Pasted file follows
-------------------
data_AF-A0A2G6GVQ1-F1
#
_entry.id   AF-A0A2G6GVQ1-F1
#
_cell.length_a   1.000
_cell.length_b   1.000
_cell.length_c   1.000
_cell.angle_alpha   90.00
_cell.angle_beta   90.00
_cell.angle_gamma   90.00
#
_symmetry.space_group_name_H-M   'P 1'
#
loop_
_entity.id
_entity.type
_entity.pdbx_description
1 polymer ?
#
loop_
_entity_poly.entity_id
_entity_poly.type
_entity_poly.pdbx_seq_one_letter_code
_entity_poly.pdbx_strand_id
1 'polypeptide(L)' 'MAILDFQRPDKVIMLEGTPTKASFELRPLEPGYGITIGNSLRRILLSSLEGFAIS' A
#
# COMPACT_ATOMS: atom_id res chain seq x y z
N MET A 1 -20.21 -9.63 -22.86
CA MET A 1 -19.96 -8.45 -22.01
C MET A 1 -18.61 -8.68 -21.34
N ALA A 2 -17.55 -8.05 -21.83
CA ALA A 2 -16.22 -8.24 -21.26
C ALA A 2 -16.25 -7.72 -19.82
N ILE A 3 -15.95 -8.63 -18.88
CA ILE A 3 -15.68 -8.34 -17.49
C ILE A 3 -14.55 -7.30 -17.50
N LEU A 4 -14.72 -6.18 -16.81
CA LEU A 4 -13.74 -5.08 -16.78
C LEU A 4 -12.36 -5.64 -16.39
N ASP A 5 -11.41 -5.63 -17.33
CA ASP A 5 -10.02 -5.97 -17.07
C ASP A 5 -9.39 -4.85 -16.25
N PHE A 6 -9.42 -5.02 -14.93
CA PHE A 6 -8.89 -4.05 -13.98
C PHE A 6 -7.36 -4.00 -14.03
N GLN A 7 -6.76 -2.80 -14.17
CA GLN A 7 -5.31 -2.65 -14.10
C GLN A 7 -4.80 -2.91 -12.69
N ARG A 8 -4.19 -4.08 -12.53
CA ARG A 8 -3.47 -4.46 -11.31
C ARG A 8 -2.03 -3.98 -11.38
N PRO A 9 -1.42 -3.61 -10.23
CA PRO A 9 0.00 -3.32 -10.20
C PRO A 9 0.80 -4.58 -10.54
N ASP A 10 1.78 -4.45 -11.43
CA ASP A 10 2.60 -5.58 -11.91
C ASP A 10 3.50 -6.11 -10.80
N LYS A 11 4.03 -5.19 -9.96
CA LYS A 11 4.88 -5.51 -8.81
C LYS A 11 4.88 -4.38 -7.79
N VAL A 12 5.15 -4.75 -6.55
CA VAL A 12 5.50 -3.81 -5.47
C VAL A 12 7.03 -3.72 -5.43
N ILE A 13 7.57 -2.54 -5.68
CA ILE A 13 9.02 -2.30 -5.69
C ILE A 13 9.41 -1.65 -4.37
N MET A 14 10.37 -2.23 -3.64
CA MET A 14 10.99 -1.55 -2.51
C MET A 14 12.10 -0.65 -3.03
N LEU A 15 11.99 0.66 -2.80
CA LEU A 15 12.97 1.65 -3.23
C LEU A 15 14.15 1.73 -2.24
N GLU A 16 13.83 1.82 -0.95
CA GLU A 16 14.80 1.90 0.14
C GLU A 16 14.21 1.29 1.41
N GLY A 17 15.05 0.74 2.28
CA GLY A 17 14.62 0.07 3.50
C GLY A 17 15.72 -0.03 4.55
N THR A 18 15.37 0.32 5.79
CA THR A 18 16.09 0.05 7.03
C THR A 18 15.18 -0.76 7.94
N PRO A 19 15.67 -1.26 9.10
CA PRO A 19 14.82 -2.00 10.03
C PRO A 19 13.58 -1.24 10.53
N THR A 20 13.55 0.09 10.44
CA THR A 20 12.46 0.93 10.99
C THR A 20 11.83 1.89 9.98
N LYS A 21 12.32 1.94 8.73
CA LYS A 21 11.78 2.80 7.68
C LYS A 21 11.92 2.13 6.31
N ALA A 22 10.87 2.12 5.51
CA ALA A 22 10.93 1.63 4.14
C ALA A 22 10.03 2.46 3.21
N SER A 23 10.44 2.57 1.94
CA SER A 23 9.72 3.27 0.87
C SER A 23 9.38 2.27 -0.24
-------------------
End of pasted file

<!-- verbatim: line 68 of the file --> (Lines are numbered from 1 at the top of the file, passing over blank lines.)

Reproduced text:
CA MET A 14 10.99 -1.55 -2.51